Well here's something you don't hear from government officials much these days: Positive budget news. Specifically, the $61 million King County will shave from employee health care costs in 2011 and 2012, money that is desperately needed to maintain crucial public services.


Six years ago, in cooperation with the public employee unions, former Executive Ron Sims kicked off the county's "Healthy Incentives" benefit plan with much fanfare, but little serious attention from the press. Employees were given an option between the county's traditional KingCare preferred provider plan, and a managed care plan through Group Health that focused on improved wellness and shared costs. Well, after six years the results are in, and they're rather dramatic: an average $4,300 savings per employee for the 26 percent of county workers (and climbing) who are currently enrolled in the plan.

"At a time when we Americans are quite frankly getting fatter and sicker, King County employees are getting thinner and healthier," Executive Dow Constantine said today at a press conference announcing the savings, further emphasizing that "We did not do it by just shifting costs to employees, but by partnering with them." It's a lesson that some other public officials might want to study before seeking cost savings through a war on public employees.

And these savings translate to a real and immediate payoff for county residents. The $38 million of savings in the 2012 budget will be distributed to department budgets based on their total FTEs; that means the Sheriff's office will avoid cuts equivalent to 12 deputies, the Prosecuting Attorney will save the equivalent of 7 attorneys, and Public Health will net savings equal to about 20 nurses. That's both real money, and a real impact. There's $7 million in health care savings credited to General Fund departments alone, money that is desperately needed to help offset an estimated $20-$40 million revenue shortfall.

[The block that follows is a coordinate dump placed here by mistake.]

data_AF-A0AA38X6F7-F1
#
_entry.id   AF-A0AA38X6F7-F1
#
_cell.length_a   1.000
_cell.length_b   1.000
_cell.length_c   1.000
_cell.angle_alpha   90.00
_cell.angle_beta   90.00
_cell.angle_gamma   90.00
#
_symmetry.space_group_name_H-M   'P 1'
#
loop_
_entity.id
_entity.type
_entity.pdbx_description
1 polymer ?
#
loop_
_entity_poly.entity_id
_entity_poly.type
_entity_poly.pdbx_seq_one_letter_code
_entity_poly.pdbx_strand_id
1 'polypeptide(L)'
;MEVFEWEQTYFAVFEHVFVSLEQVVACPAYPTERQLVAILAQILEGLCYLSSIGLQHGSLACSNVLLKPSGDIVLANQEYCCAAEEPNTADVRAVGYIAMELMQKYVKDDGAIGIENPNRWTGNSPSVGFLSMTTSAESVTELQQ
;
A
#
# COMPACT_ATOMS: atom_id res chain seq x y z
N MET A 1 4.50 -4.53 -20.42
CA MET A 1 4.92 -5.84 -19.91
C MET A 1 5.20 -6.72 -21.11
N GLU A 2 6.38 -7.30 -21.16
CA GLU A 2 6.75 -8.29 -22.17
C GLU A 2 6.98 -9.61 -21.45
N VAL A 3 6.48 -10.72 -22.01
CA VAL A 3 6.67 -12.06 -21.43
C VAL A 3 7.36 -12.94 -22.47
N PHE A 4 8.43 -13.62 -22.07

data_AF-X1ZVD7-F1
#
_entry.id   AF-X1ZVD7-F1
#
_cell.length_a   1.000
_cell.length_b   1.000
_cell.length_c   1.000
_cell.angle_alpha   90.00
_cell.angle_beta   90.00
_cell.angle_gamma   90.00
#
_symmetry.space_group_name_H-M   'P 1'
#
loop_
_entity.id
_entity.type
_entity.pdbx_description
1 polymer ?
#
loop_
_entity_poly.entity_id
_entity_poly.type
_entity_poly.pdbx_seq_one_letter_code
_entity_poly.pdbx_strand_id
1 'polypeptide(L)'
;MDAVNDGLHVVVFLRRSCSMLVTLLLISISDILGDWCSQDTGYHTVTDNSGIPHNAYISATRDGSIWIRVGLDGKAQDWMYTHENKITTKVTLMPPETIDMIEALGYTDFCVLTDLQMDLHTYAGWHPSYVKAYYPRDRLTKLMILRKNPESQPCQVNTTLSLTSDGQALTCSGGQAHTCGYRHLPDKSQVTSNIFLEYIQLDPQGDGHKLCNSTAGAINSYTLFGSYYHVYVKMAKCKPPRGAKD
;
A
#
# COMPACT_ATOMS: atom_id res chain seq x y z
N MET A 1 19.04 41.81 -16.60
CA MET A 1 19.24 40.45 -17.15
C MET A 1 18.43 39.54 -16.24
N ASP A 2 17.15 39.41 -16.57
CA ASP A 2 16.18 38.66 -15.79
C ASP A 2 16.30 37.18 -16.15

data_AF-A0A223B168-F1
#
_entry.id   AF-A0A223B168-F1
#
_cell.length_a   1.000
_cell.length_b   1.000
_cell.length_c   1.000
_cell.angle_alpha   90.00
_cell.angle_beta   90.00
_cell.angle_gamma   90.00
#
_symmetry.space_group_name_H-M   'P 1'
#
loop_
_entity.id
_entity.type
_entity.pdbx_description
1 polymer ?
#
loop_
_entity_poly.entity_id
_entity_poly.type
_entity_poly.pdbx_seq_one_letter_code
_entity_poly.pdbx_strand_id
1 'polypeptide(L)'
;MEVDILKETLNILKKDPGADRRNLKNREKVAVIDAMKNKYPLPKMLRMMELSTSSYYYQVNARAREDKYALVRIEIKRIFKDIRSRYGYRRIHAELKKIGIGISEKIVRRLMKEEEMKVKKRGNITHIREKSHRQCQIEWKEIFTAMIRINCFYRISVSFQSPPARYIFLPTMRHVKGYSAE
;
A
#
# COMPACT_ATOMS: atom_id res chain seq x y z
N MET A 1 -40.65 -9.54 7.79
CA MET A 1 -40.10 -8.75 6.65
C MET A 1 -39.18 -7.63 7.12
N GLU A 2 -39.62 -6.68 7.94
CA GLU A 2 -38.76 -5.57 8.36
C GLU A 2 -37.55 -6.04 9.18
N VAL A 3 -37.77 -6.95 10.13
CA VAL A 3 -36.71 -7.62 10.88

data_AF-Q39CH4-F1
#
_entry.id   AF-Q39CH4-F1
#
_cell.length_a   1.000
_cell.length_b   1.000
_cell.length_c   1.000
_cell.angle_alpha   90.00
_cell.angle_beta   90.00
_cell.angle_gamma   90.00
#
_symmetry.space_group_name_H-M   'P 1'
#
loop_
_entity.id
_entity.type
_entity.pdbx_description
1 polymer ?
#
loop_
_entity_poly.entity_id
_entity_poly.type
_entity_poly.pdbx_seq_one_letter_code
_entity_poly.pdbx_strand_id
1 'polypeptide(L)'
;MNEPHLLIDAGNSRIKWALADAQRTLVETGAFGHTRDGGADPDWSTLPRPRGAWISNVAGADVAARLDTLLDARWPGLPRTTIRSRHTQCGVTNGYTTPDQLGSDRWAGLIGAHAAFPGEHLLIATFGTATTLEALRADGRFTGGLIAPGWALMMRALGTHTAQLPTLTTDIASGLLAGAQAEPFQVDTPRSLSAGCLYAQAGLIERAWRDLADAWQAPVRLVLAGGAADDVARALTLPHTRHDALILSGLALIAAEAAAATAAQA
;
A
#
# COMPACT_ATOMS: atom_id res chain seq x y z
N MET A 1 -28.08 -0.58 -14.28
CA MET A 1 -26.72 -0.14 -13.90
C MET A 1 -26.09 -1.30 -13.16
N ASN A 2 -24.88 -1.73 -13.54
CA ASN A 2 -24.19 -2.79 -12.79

At the same time, participation in the Healthy Incentives program saved employees money, while significantly improving their overall health. The smoking rate dropped 40 percent over the past six years, from 10 percent of county employees down to 6 percent, while more than 2,000 employees classified as overweight or obese at the start of the program lost at least 5 percent of their weight, for a combined weight loss of over 24 tons. That's a win-win-win.

How does the program work? While the plan shares more of the cost of health coverage with employees, particularly for going out of plan and using non-generic drugs, it also incentivizes employees with lower out-of-pocket expenses if they take a health risk assessment and complete a 10 week individual action plan that focuses on physical activity, nutrition, weight and stress management, and smoking cessation. "When employees stay healthy, they need less expensive treatment, and need treatment less often," explains Constantine. And that has created huge payoffs for both the taxpayer and county workers, helping the county reduce the rate of growth of health care costs from 10 percent a year in 2006 to 6 percent today.

Is there a lesson for the private sector, as well as other governments? Yes, says Constantine: "You can get a lot more done working together, than fighting." Again, the sort of positive message you don't much hear coming out of government these days.